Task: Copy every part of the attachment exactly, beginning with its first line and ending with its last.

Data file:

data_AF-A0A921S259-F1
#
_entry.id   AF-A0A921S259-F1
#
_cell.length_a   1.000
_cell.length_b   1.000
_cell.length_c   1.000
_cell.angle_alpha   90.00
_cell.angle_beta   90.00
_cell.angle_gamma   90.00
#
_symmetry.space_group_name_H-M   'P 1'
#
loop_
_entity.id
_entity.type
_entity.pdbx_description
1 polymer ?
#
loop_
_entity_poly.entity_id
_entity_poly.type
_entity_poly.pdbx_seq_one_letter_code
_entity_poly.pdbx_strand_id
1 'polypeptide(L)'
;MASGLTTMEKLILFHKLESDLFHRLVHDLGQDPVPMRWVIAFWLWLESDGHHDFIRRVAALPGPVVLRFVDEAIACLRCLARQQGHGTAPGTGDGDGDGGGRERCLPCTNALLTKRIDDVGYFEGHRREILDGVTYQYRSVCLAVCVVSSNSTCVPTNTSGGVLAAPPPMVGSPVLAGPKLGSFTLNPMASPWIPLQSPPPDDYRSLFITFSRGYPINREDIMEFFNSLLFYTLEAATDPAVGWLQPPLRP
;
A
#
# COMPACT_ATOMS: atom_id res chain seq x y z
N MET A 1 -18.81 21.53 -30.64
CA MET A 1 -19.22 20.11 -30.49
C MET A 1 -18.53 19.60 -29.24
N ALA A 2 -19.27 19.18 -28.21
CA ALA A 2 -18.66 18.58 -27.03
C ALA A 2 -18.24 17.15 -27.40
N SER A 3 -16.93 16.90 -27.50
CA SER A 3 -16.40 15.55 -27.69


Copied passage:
data_AF-A0A921S259-F1
#
_entry.id   AF-A0A921S259-F1
#
_cell.length_a   1.000
_cell.length_b   1.000
_cell.length_c   1.000
_cell.angle_alpha   90.00
_cell.angle_beta   90.00
_cell.angle_gamma   90.00
#
_symmetry.space_group_name_H-M   'P 1'
#
loop_
_entity.id
_entity.type
_entity.pdbx_description
1 polymer ?
#
loop_
_entity_poly.entity_id
_entity_poly.type
_entity_poly.pdbx_seq_one_letter_code
_entity_poly.pdbx_strand_id
1 'polypeptide(L)'
;MASGLTTMEKLILFHKLESDLFHRLVHDLGQDPVPMRWVIAFWLWLESDGHHDFIRRVAALPGPVVLRFVDEAIACLRCLARQQGHGTAPGTGDGDGDGGGRERCLPCTNALLTKRIDDVGYFEGHRREILDGVTYQYRSVCLAVCVVSSNSTCVPTNTSGGVLAAPPPMVGSPVLAGPKLGSFTLNPMASPWIPLQSPPPDDYRSLFITFSRGYPINREDIMEFFNSLLFYTLEAATDPAVGWLQPPLRP
;
A
#
# COMPACT_ATOMS: atom_id res chain seq x y z
N MET A 1 -18.81 21.53 -30.64
CA MET A 1 -19.22 20.11 -30.49
C MET A 1 -18.53 19.60 -29.24
N ALA A 2 -19.27 19.18 -28.21
CA ALA A 2 -18.66 18.58 -27.03
C ALA A 2 -18.24 17.15 -27.40
N SER A 3 -16.93 16.90 -27.50
CA SER A 3 -16.40 15.55 -27.69